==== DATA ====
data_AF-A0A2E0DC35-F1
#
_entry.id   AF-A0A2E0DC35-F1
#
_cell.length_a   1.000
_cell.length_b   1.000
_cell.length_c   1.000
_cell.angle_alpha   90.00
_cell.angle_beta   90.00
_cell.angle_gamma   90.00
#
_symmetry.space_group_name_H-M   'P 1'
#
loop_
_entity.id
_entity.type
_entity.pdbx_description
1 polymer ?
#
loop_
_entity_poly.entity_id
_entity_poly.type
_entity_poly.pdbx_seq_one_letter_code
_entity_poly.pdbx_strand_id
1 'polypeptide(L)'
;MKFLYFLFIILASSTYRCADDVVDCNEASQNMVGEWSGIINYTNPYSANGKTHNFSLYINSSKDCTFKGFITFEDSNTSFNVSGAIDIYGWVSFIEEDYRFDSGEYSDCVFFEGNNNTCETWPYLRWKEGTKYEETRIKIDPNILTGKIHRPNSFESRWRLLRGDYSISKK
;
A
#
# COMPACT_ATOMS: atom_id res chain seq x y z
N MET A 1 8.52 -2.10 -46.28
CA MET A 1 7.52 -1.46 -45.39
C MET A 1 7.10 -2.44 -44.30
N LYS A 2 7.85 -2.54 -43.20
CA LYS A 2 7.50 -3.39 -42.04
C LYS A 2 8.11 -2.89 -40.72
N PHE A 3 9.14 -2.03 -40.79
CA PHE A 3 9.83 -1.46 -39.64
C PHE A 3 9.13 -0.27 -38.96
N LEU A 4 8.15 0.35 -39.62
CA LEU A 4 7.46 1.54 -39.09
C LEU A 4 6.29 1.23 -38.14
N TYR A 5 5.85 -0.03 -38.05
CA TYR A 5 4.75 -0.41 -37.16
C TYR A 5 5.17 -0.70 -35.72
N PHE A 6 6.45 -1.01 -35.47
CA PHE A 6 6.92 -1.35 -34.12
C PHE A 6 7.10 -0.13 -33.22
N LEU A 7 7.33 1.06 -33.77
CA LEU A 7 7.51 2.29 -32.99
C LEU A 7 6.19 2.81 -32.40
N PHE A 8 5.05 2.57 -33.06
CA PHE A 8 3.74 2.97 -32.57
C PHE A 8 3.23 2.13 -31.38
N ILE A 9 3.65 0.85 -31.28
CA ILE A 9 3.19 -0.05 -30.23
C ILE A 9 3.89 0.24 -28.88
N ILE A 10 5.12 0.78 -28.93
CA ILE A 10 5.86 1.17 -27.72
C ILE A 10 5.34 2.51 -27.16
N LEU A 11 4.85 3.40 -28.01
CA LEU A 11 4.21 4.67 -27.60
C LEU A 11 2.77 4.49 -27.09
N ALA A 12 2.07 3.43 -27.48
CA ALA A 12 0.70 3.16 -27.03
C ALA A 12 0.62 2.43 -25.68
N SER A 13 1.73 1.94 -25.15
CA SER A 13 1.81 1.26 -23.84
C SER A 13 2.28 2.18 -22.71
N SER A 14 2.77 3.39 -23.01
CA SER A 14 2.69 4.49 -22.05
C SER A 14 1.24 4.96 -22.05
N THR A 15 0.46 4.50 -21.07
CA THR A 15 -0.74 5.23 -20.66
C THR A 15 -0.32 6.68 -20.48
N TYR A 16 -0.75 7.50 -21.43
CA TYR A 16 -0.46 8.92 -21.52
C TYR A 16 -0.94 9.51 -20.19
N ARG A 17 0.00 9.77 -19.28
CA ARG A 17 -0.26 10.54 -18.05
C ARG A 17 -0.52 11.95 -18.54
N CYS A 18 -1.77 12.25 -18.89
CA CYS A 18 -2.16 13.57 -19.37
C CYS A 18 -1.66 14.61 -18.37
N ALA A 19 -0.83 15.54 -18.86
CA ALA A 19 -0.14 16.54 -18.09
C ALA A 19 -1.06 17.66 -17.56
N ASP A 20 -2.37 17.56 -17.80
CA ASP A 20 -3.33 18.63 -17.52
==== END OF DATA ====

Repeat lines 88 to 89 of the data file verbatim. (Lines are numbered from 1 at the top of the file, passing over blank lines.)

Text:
N ASP A 20 -2.37 17.56 -17.80
CA ASP A 20 -3.33 18.63 -17.52